After finishing chapter 5 of the book, I finally feel that I'm getting to the bottom of Hasker's overall analysis and framework for a theodicy. Not that I mean he has presented all of his evidence in light of his thesis, but that the foundation was built in the preceding chapters and we're starting to see the fruit of it all.
In my last 2 posts I sought to expound a little on two positions which Hasker evaluated with respect to natural evil. As noted before, he casts the idea that the natural evil came as a result of sin (i.e. the Fall). His reasoning: simply that the earth is "scientifically" proven to be billions of years old; and since their is also 'evidence' that natural evil (hurricanes, tornado's, disease, death, etc) existed before that time, Adam's sin could not be considered as a viable option to deal with this. The second position by Diogenes Allen, though somewhat accepted by Hasker, nevertheless left much to be desired as well. So midway through the chapter Hasker finally gets to building his position for a theodicy.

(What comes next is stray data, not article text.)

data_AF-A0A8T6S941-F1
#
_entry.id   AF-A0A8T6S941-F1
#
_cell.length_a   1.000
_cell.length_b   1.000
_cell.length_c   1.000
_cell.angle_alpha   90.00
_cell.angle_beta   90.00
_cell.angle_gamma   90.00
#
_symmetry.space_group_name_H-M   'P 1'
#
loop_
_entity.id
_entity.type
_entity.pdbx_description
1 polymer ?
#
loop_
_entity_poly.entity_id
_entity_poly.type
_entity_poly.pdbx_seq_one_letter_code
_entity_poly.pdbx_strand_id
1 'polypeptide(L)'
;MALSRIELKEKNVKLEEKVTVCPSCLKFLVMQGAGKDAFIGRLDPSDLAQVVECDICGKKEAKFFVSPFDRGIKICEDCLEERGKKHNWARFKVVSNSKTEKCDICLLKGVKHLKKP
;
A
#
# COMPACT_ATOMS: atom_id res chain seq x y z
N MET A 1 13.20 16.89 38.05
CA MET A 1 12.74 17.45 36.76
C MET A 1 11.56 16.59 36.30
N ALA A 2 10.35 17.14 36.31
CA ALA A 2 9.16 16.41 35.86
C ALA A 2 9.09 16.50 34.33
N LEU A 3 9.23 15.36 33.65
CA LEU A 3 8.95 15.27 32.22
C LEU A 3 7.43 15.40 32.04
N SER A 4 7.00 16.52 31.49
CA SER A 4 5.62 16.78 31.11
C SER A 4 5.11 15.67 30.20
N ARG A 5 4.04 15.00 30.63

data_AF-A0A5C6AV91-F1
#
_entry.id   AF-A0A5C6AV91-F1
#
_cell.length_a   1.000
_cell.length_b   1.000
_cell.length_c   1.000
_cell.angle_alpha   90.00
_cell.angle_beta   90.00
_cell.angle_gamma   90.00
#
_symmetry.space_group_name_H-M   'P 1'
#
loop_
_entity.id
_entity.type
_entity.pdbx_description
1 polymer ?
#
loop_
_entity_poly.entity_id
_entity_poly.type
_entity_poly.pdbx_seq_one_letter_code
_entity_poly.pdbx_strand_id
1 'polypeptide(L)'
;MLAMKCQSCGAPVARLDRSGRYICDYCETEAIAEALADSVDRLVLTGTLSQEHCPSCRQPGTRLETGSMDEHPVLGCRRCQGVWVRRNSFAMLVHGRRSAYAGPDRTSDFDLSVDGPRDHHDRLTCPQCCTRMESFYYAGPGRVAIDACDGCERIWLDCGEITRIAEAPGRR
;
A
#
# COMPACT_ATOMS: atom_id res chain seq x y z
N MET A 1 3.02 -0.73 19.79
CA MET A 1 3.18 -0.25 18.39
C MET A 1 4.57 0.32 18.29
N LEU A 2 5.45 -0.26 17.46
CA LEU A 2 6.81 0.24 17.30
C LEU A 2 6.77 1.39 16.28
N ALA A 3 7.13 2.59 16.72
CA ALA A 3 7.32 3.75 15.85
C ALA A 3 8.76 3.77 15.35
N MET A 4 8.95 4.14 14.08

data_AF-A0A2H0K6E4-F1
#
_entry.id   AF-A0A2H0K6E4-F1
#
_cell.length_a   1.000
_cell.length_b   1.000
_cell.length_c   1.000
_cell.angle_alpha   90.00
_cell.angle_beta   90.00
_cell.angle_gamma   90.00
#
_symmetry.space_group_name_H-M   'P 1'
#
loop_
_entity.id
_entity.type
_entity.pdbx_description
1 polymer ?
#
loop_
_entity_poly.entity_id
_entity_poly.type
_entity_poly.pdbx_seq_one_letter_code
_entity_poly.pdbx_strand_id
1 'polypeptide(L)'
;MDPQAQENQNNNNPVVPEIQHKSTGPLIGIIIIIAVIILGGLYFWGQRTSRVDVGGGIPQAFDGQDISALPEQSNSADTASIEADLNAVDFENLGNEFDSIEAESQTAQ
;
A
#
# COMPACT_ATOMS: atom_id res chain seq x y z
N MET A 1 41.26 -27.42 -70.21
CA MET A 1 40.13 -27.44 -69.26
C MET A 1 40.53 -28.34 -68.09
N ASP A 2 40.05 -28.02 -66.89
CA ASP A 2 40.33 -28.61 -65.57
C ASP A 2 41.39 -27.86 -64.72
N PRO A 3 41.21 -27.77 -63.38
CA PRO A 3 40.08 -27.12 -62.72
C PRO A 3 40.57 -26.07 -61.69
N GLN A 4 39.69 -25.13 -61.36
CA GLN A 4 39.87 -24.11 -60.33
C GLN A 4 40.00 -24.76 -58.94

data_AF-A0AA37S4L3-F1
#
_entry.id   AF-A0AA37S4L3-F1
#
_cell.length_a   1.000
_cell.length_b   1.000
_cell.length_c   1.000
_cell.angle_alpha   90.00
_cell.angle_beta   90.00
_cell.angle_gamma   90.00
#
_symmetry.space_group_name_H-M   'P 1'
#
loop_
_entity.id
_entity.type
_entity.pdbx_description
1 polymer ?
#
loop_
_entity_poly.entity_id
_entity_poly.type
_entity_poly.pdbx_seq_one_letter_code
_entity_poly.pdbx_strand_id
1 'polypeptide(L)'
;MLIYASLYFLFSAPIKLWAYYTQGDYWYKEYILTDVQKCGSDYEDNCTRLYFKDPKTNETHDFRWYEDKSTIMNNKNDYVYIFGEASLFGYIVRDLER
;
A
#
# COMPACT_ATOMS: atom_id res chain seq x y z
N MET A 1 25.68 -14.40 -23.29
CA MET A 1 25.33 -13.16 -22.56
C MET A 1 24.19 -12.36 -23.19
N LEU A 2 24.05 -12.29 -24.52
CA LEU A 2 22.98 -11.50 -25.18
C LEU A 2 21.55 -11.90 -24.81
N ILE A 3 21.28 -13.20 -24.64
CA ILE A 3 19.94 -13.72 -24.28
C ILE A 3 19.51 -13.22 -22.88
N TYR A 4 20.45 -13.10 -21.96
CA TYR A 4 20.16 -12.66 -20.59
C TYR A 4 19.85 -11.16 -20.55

As the post title suggests, Hasker sets forth what he calls a natural-order theodicy. He builds on this by noting the requirements for a [cogent] theodicy. What are they? First he says their must be a justifying principle which he defines as a moral principle stating that under certain conditions God is morally justified in permitting some evils of a certain sort to occur. Secondly he says there must also be a justifying circumstance which he notes is a state of affiars which is claimed to obtain which is such that, were it to obtain, the conditions for God to be justified in permitting the evil in question would be satisfied. Essentially they are wrapped up in his overall definition of theodicy, which is to show that God is not morally at fault for permitting the evil in question-that God's permission of the evil is morally justified, even if the events in question really are evil in themselves.
Okay, now that we've gotten this far Dr. Hasker: We know that you have established your position on free will in that in order for the creature to be relatively autonomously free, God must have some "limit" if we are really to be free. We know that you are convinced that omniscience is nothing more than God being able to know true propositions in their logical possibility, and that because the future is logically impossible to know, it wouldn't be illogical to say that God doesn't know the future. Finally, we know that you take the theistic evolutionary position with respect to the natural world. Lets tie it altogether now, shall we?